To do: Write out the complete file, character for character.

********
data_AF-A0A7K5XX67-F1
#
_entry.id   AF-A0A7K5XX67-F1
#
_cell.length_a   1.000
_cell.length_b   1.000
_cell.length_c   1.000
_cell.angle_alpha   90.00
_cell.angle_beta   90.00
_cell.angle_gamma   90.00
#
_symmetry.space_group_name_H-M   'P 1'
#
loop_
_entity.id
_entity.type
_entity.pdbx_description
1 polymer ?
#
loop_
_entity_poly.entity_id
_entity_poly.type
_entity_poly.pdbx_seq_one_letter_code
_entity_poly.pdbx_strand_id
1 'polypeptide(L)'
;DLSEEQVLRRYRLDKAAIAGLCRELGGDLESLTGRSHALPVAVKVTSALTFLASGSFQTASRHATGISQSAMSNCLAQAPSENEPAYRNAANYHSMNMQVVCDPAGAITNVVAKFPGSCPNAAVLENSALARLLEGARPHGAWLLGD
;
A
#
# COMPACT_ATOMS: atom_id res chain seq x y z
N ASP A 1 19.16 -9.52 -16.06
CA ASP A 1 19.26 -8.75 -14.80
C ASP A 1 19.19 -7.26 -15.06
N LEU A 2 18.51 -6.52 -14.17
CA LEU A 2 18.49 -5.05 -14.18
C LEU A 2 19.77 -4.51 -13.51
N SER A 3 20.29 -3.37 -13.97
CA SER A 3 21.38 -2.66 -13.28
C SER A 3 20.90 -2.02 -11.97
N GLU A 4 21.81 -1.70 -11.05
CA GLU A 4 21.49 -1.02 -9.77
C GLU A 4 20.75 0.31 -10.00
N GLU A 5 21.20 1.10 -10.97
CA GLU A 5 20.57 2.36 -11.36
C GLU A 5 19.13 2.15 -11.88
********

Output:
data_AF-A0A7K5XX67-F1
#
_entry.id   AF-A0A7K5XX67-F1
#
_cell.length_a   1.000
_cell.length_b   1.000
_cell.length_c   1.000
_cell.angle_alpha   90.00
_cell.angle_beta   90.00
_cell.angle_gamma   90.00
#
_symmetry.space_group_name_H-M   'P 1'
#
loop_
_entity.id
_entity.type
_entity.pdbx_description
1 polymer ?
#
loop_
_entity_poly.entity_id
_entity_poly.type
_entity_poly.pdbx_seq_one_letter_code
_entity_poly.pdbx_strand_id
1 'polypeptide(L)'
;DLSEEQVLRRYRLDKAAIAGLCRELGGDLESLTGRSHALPVAVKVTSALTFLASGSFQTASRHATGISQSAMSNCLAQAPSENEPAYRNAANYHSMNMQVVCDPAGAITNVVAKFPGSCPNAAVLENSALARLLEGARPHGAWLLGD
;
A
#
# COMPACT_ATOMS: atom_id res chain seq x y z
N ASP A 1 19.16 -9.52 -16.06
CA ASP A 1 19.26 -8.75 -14.80
C ASP A 1 19.19 -7.26 -15.06
N LEU A 2 18.51 -6.52 -14.17
CA LEU A 2 18.49 -5.05 -14.18
C LEU A 2 19.77 -4.51 -13.51
N SER A 3 20.29 -3.37 -13.97
CA SER A 3 21.38 -2.66 -13.28
C SER A 3 20.90 -2.02 -11.97
N GLU A 4 21.81 -1.70 -11.05
CA GLU A 4 21.49 -1.02 -9.77
C GLU A 4 20.75 0.31 -10.00
N GLU A 5 21.20 1.10 -10.97
CA GLU A 5 20.57 2.36 -11.36
C GLU A 5 19.13 2.15 -11.88